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Decoding CSS Positioning: A Master Class with Paul O’Brien

By Ralph Mason

CSS Positioning with Paul O'Brien

Positioning elements on a web page can seem maddeningly difficult at times, especially given all the various methods available. And the options continue to expand, with the introduction of flexbox and grid layouts, as well as cool things like CSS3 transforms, which can also be used for amazing layout tricks.

In this forum dCode, CSS expert Paul O’Brien answers anything and everything about the tricky subject of CSS positioning — from floats and relative, absolute and fixed positioning to table display and even flexbox.

If you have any questions about CSS positioning, please join the conversation!

About dCodes

Our Forum dCodes are topics that feature a guest who conducts a deep dive into a subject area. Unlike our Q&A sessions, which run for just an hour, dCode topics stay open over a long period, so that issues can be discussed at greater length and in greater depth. You can ask questions, or just sit back and follow along, over time, as the guest answers questions and posts content of interest.

About Paul

Paul O’Brien is a widely recognized expert in all things CSS. He co-authored the landmark tome The Ultimate CSS Reference, and for many years has been a guiding light for many a developer wandering through the dark forests of CSS.

Have you heard of containing floats with overflow: hidden or similar? It was Paul who unearthed that technique back in the day.

If something can be done in CSS, Paul will know how to do it. He even regularly points out how to do things people thought weren’t even possible.

Paul’s Topic Starter

To start the thread off, Paul has created a small demo that simply places a small 50px fixed width and height red box to the right of the page. The html is basically as follows:

<div class="wrap">
  <div class="box">Box</div>
</div>

Before you look at the demo take some time and see how many ways you can think of doing this?

You may immediately think of about 3 ways to do this but as you delve into the details you find that there are in fact many ways to do this and in the demo I stopped at 15 but I wouldn’t be surprised to see quite a few ways I hadn’t thought of cropping up!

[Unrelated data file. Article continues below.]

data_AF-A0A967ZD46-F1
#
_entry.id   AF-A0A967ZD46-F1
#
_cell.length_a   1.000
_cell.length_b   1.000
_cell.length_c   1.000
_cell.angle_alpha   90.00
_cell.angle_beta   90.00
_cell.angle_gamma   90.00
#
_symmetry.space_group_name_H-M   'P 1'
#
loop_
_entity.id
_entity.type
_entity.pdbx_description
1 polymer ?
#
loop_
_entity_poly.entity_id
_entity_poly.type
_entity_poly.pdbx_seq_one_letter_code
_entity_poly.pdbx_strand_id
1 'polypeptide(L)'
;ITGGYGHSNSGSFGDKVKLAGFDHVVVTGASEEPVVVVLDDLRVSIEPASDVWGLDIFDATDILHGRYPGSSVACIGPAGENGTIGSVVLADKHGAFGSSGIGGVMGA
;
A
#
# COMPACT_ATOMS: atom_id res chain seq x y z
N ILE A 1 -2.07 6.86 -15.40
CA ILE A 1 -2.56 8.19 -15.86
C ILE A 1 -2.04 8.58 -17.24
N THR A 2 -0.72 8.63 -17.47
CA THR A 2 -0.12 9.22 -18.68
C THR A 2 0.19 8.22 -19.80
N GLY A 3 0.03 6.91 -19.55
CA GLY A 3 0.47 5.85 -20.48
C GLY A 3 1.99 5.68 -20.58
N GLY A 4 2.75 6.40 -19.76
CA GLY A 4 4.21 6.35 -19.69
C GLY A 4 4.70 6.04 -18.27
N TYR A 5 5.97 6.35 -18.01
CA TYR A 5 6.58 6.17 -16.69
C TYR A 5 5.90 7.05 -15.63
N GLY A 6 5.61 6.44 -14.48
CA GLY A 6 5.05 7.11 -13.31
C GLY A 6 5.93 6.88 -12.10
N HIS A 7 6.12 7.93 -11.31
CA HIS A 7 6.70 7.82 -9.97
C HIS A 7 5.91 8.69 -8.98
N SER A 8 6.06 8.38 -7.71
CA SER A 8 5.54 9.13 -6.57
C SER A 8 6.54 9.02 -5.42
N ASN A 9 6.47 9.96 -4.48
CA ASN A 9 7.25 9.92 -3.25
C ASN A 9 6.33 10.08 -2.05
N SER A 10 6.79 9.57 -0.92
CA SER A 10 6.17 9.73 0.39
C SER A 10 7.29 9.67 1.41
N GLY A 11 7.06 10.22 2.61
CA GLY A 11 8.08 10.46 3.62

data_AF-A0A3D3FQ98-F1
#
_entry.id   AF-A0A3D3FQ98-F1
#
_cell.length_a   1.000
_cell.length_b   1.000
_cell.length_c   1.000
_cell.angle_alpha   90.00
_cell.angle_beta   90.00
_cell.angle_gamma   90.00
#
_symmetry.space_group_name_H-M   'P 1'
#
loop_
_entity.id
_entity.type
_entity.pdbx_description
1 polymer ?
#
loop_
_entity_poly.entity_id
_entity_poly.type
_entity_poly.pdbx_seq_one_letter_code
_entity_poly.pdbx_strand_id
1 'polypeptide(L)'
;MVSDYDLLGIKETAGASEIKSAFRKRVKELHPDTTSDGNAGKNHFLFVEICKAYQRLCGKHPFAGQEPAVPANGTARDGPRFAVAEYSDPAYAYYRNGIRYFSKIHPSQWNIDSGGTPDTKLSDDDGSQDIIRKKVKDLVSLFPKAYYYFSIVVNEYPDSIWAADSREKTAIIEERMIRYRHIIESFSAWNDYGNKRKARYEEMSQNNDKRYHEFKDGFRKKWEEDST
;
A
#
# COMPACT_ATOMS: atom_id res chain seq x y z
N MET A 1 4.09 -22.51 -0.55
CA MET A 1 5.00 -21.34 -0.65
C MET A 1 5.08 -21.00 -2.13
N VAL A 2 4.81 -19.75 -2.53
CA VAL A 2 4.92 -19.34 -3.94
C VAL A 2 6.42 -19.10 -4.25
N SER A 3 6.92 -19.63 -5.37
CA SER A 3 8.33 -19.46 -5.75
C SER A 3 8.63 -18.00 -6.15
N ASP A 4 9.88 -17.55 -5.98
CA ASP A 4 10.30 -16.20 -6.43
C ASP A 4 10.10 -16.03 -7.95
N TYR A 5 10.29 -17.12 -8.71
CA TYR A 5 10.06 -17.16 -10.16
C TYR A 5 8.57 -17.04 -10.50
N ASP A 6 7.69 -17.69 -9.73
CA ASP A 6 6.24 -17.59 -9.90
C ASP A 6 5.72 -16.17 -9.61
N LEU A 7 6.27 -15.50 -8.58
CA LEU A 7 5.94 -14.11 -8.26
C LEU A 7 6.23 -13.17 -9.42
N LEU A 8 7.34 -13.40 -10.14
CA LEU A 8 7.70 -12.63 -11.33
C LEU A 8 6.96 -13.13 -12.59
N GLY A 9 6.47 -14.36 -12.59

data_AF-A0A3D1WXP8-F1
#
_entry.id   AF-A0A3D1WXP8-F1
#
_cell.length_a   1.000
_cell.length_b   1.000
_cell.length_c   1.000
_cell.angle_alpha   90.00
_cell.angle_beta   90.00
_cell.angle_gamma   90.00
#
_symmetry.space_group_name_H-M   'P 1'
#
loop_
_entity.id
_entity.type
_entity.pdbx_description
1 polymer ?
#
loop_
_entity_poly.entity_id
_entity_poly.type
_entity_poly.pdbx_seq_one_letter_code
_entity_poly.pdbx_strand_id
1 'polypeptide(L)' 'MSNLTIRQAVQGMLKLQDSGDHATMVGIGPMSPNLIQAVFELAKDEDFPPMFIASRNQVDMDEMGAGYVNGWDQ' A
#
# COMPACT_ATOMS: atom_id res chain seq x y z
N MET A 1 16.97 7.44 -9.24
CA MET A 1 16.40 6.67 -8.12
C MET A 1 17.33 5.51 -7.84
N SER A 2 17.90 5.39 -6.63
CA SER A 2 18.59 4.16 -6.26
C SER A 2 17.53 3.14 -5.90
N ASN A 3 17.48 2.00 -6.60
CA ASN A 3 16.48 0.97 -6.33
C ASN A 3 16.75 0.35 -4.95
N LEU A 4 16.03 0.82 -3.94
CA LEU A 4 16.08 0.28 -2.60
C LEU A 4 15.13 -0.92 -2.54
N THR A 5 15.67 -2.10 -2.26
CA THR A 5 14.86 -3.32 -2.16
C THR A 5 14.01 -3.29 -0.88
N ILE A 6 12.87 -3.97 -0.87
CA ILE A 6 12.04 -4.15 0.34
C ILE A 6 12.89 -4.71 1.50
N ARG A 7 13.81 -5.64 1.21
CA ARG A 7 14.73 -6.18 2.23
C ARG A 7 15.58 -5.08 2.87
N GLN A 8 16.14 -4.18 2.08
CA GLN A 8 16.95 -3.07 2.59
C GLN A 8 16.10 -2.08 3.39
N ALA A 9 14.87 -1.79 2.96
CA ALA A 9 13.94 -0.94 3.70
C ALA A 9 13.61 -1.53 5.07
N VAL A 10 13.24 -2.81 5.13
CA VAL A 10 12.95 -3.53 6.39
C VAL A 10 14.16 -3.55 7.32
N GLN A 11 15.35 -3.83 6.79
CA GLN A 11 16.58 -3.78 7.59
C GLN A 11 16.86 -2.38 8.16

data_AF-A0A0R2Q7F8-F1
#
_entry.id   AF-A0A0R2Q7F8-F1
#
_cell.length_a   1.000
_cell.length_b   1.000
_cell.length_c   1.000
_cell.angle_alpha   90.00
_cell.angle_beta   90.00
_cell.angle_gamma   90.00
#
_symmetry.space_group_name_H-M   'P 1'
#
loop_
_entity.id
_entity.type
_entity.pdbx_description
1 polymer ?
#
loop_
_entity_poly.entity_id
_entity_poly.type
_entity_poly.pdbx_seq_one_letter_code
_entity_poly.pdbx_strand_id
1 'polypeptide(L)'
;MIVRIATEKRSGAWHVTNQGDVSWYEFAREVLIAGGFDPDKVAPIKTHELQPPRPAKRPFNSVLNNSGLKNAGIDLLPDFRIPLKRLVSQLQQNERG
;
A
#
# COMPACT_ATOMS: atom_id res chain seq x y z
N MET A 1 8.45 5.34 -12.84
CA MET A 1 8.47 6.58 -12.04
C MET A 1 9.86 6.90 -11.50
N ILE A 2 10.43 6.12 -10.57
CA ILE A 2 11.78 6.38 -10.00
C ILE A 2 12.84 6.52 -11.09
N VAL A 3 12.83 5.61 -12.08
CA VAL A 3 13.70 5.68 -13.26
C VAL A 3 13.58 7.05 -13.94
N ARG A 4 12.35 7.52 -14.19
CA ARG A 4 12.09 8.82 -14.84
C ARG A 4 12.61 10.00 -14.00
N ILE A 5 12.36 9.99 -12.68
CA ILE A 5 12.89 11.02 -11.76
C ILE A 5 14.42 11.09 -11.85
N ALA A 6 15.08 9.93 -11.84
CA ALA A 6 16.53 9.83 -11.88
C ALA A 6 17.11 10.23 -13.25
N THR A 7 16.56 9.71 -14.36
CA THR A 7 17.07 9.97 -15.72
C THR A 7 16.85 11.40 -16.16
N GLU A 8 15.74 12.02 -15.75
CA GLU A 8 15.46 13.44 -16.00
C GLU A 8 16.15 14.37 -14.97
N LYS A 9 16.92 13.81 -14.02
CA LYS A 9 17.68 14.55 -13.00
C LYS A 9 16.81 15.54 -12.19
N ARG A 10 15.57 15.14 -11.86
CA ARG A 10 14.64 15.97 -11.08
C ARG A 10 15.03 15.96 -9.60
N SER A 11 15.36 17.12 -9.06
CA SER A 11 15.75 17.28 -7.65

Here’s my demo and see if you can come up with other ways to do this:

See the Pen Box to the right by Paul O’Brien (@paulobrien) on CodePen.

The point of the exercise was simply to show that in CSS there are often many ways that a layout can be achieved and often the solution depends on what comes next as to what method is best to use. I often say that “the beauty of CSS is that there are many ways to do the same thing” but the difficulty for beginners is knowing which is the right way for the job in hand.

Now that you have looked at the demo (be honest here) how many of you thought of or understood the very first method in the demo?

This was the simplest and most basic answer and probably one of the first lessons learned and forgotten by most people and I will guess that few of you will have thought of it.

.box {margin:0 0 0 auto; width:50px; height:50px;background:red;}

It looks simple enough but how does that put a box to the right of the page?

We are all familiar with margin:0 auto which will center block elements horizontally but how does margin:0 0 0 auto; move a box to the right?

To answer this you need to refer to the specifications but a simplified example is that the width + padding + margins = width of the containing block.

Therefore, for a fixed width element that has a right margin of zero then the left margin must equal the distance left to the left edge of the containing block. This is achieved with a margin-left of auto.

If instead you put a margin-left of zero then the box moves to the left side and in ltr languages the margin-right zero would then equate to auto (even if you specify zero) in order for the requirements of the box model to hold true.

lastly if you put a margin-left and margin-right of auto then the box becomes centered as we all know and love.

(I have simplified the answer so read the specs for full details and understanding.)

I mention this auto margin technique because it is a prominent technique when using flexbox and an auto margin on a flex-item will move that element to the edge of the box (whether that be left , right up or down). Incidentally it is not well known that margin:auto on an absolutely positioned element will center the element both horizontally and vertically within a fixed height and width container.

That’s enough about margins anyway and have a look through the rest of the examples in the first demo and if you can think of more ways to do this then feel free to post or discuss.

If you don’t understand any of the examples then please discuss and we can clarify.

Note that this thread isn’t simply about this first post but mainly as a talking point to keep things moving so if you have topics you wish to discuss then please go ahead.

I look forward to answering or being baffled by your queries. I can’t guarantee to know all the answers but I’m sure if I don’t know the answer someone else will have a good idea and chip in to the conversation.

Follow this discussion further in the SitePoint forums.

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